Health Facilities: Photos from pilot tests of the survey instrument.
The IFLS collects extensive information from a sample of health facilities in the IFLS enumeration areas. The types of health care providers included: government health centers and subcenters (puskesmas, puskesmas pembantu); the private practices of doctors, midwives, nurses, and paramedics; private clinics; traditional practitioners; and community health posts (posyandu).
The Puskesmas (literally the Office of Community Health, but generally translated as "health center") is the basic source of primary and also of reproductive health care. Health centers are generally located in the subdistrict capital and headed by a doctor, who oversees a midwife, one or more nurses, and various paramedical workers. Each subdistrict (consisting of 20-40 villages or townships) claims at least one health center. The photo to the right is of a laboratory technician at a Puskesmas.
The Posyandu, or the Integrated Health Post, is a monthly activity, oriented towards mothers and children under five, and attended by mothers, children, community volunteers, staff from the health centers, and/or family planning fieldworkers. The services that the Posyandu offers depend on whether health center staff attend. If health workers are present the post may provide some prenatal and postnatal exams, immunization, and injections, in addition to vitamin and nutritional screening, and oral contraceptives.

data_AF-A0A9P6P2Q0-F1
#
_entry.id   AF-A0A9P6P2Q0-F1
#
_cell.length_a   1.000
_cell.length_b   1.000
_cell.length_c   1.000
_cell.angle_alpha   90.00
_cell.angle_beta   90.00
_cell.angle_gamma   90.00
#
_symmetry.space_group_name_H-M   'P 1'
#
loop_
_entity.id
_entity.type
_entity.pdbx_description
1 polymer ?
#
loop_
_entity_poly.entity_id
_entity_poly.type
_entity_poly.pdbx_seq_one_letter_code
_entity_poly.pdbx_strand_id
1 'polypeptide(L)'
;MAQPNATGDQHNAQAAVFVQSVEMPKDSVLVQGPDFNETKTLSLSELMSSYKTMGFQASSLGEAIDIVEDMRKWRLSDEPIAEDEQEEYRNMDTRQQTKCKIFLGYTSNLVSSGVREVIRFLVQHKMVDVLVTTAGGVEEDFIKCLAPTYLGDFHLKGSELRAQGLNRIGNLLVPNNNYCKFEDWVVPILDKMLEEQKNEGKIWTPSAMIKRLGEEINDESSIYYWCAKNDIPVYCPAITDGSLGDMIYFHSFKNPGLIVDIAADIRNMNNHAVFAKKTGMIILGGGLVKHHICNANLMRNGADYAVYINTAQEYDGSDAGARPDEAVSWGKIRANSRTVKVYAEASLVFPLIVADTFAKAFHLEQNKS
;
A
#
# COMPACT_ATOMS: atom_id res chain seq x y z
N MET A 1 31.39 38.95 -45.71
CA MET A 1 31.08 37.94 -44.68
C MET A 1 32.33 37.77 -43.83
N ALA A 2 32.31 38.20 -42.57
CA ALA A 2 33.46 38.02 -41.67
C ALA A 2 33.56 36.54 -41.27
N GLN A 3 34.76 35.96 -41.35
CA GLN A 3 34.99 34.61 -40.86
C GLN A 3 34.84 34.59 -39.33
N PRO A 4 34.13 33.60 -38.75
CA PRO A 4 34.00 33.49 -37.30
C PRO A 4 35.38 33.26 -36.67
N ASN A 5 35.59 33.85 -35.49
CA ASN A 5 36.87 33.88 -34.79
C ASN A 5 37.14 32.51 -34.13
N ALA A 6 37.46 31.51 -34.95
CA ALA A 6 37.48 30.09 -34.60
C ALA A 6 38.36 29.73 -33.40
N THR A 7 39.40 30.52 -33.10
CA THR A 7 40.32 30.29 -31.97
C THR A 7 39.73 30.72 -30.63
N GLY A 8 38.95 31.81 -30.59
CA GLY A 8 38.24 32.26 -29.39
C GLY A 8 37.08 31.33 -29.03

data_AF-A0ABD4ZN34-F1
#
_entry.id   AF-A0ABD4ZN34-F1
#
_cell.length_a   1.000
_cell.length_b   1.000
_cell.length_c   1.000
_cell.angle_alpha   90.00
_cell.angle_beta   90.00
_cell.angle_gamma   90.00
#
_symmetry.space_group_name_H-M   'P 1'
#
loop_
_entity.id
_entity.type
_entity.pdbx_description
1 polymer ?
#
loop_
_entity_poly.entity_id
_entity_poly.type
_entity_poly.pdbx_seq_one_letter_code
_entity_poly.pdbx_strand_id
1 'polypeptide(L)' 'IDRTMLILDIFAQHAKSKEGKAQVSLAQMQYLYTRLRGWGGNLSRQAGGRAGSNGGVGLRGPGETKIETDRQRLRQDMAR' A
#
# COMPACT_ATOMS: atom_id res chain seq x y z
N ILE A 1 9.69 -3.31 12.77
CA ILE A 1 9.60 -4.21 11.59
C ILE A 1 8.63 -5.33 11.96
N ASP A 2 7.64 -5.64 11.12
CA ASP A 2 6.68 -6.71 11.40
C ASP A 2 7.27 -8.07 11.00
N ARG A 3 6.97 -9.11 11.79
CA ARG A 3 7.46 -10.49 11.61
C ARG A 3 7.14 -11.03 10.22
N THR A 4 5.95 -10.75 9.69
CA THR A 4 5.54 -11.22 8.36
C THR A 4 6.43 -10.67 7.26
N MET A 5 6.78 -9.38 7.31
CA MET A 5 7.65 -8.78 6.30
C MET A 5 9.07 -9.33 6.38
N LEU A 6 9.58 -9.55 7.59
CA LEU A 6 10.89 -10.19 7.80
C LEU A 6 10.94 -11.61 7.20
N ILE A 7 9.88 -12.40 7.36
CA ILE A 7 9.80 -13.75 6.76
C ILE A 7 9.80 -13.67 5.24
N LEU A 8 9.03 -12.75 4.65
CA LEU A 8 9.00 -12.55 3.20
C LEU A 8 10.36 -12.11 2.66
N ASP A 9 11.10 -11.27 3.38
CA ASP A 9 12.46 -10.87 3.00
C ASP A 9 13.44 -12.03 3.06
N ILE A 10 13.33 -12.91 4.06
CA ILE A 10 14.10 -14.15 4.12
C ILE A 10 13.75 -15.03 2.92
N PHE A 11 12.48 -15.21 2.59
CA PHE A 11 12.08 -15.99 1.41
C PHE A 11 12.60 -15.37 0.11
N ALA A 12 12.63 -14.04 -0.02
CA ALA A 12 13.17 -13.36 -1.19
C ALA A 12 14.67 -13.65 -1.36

In the photos below, we see registration and growth monitoring at the Posyandu.
In Indonesia private practitioners, including paramedics, midwives, and doctors, are an important source of health care and family planning services. Villages with a health center are likely to claim a doctor's practice and midwife's delivery clinic as well, and sometimes health center staff may also open practices in nearby villages.
The photos below were taken during the pretests of the health facility survey for IFLS2. In the first pair, a private midwife is reviewing her equipment inventory and answering questions about her practice with the Community-Facility interviewers. In the second pair of photos, two midwives watch over newborns (and mother).
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